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The University of Alabama

Scientist to Discuss Reproductive Chemistry in UA’s ALLELE Lecture Series

TUSCALOOSA, Ala. — Dr. Rebecca Burch will present a lecture on the chemistry of mammalian semen at 7:30 p.m Thursday, Dec. 3, in the Ferguson Center Ballroom on The University of Alabama campus as part of the Alabama Lectures on Life’s Evolution, or ALLELE, series.

The lecture, “Semen Chemistry: Implications, Innovations, and Controversy,” is free and open to the public.

Burch is an associate professor in the department of human development at the State University of New York at Oswego. In her lecture, she will discuss the different compounds in the reproductive fluid.

She will also discuss her research from the past 15 years that covers possible effects of the fluid chemistry on behavior, endocrinology and cognition.

“Semen chemistry can be very important in sexual behaviors, mood and cognition,” Burch said. “Seminal fluid is used strategically in human reproduction, and this stems from competition between the human sexes. There is much more going on here than just a medium for sperm transport.”

Some of Burch’s research covers the morphology of genitalia, specifically the shape of male sexual organs and why they are shaped the way they are. She uses cross-species analysis to explain the evolution of genitalia and semen displacement. She said the seminal fluid composition is a result of intersexual evolution.

Burch was chosen to speak because of this tie to evolution in her research, said Dr. Christopher Lynn, co-chair of the Evolution Working Group and UA professor of anthropology. Lynn said she was also selected because of people’s reluctance to talk about sexuality at the biological level.

“We want to inspire and revile,” Lynn said. “We know little of the molecular level of sex because it’s taboo.”

Burch is the conference and programming coordinator for the Hart Global Living and Learning Center at SUNY Oswego. Her main research interests are the evolution of sexual behavior, sexual signaling and domestic violence.

Burch said she hopes to provide a better understanding of the molecular level of sex.

“I think it will change how people look at sex and the interactions between males and females,” Burch said. “It is very easy to walk away from the Internet with a very watered down, sensationalist view of the research, but I want people to realize just how complicated, and calculated, this phenomenon is.”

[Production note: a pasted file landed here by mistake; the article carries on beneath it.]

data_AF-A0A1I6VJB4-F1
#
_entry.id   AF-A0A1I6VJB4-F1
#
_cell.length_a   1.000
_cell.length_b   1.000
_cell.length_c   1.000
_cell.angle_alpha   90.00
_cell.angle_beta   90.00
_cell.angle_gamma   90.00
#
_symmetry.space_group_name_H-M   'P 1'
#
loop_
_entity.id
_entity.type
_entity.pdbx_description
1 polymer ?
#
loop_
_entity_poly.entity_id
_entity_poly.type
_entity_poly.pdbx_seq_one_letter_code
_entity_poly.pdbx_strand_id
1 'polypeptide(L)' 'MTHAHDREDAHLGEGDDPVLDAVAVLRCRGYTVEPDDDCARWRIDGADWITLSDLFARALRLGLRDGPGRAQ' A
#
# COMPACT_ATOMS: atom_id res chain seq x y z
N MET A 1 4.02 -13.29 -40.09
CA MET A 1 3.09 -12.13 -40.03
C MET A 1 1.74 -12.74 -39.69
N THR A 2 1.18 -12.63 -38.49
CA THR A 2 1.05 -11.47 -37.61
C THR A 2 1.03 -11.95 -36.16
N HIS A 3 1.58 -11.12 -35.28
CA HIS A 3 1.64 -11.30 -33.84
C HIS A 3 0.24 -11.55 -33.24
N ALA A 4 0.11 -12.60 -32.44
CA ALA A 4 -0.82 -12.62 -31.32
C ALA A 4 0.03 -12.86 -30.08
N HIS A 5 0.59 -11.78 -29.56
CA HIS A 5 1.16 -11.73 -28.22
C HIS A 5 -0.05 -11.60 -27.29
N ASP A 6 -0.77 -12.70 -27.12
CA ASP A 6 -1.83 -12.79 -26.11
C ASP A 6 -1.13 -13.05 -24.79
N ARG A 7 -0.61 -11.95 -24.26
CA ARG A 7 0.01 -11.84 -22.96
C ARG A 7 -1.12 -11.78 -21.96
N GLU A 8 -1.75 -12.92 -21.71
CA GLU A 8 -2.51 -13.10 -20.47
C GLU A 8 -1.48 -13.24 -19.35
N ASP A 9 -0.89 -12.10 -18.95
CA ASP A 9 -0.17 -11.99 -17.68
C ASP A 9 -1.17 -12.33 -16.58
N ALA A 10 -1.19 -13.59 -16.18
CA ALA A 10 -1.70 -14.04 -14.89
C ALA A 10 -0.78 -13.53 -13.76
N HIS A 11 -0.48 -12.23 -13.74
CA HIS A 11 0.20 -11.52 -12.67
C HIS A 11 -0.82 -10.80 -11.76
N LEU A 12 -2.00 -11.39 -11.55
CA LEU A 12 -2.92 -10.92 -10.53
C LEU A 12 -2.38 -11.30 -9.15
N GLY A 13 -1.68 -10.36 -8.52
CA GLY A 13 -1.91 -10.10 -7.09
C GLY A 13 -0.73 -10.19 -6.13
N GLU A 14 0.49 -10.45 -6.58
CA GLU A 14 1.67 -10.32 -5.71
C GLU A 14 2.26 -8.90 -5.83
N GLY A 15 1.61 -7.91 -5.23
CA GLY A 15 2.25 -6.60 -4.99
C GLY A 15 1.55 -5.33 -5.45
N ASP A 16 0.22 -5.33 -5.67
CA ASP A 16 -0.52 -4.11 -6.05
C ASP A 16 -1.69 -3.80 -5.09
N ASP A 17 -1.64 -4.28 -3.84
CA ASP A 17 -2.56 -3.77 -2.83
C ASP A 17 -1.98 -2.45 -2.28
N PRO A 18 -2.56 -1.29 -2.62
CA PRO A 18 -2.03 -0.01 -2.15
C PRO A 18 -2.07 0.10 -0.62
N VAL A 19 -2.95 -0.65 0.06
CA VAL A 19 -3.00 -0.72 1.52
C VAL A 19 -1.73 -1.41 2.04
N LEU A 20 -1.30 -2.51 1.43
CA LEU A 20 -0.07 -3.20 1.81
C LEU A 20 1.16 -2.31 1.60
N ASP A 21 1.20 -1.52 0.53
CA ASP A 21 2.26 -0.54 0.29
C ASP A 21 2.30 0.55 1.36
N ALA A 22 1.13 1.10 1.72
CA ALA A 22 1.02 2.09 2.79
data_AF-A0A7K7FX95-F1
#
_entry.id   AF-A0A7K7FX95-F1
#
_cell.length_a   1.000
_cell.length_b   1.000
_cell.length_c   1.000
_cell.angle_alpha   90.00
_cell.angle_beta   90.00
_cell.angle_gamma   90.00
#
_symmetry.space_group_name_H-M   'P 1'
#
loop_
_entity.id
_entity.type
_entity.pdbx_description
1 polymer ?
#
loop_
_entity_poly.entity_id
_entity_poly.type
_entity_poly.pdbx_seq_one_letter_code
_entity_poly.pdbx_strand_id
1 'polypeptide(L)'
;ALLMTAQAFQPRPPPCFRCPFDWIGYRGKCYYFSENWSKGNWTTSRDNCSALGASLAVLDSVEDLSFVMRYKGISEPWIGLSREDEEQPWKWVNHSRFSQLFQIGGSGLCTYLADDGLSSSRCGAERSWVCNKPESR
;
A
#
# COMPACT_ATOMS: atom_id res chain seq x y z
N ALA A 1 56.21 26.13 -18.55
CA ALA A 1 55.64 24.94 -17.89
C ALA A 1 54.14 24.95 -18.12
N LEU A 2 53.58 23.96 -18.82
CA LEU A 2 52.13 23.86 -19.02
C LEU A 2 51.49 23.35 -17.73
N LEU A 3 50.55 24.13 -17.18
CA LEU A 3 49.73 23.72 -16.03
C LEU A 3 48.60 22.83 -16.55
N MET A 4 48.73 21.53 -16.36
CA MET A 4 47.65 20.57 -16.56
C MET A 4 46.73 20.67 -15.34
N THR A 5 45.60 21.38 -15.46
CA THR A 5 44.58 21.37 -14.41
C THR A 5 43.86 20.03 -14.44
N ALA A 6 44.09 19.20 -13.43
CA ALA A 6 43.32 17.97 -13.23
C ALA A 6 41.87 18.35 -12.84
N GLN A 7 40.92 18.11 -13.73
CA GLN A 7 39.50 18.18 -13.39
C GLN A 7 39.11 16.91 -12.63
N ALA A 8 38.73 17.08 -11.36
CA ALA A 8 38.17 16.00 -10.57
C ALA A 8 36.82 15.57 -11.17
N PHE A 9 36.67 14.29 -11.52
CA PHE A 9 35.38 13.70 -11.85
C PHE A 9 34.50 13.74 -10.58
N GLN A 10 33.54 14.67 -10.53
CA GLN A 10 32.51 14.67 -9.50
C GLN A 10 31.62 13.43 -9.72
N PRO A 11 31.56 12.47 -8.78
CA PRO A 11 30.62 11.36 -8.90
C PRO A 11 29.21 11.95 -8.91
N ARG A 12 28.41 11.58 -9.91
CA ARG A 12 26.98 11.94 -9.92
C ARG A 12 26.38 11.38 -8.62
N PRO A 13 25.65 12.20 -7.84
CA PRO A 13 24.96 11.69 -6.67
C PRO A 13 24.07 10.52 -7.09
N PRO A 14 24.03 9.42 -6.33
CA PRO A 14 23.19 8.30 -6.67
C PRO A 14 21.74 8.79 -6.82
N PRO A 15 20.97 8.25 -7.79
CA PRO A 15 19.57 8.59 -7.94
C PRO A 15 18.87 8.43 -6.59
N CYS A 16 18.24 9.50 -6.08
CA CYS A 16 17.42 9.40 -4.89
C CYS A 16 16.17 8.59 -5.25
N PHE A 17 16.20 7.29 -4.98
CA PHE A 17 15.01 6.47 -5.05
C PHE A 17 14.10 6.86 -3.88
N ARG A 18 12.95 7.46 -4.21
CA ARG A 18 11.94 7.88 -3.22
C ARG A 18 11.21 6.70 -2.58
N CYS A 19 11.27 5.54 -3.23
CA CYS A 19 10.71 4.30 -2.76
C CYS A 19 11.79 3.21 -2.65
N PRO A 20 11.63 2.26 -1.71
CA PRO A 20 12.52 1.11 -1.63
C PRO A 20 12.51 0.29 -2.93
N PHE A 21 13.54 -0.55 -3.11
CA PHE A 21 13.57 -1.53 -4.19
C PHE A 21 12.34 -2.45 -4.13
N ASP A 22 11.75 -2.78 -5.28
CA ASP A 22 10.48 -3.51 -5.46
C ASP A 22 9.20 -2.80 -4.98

The ALLELE series brings speakers to the UA campus to discuss aspects of evolution.

The 2015-2016 ALLELE series is supported by UA’s College of Arts and Sciences, the Alabama Museum of Natural History, the Office of Academic Affairs, Honors College, the Blount Undergraduate Initiative, the Summersell Center for the Study of the South and UA’s departments of anthropology, biological sciences, chemistry, communicative disorders, education studies in psychology, research methodology and counseling, English, geological sciences, history, New College, philosophy, physics and astronomy, psychology, religious studies, and telecommunication and film.

Learn more about the series at

The ALLELE lecture series is part of UA’s College of Arts and Sciences, the University’s largest division and the largest liberal arts college in the state. Students from the College have won numerous national awards including Rhodes Scholarships and Goldwater Scholarships.

The University of Alabama, a student-centered research university, is experiencing significant growth in both enrollment and academic quality. This growth, which is positively impacting the campus and the state's economy, is in keeping with UA's vision to be the university of choice for the best and brightest students. UA, the state's flagship university, is an academic community united in its commitment to enhancing the quality of life for all Alabamians.

  • CONTACT: Stephanie Kirkland, communications specialist, College of Arts and Sciences, 205/348-8539,
  • SOURCE: Dr. Christopher Lynn, assistant professor, 205/348-4162,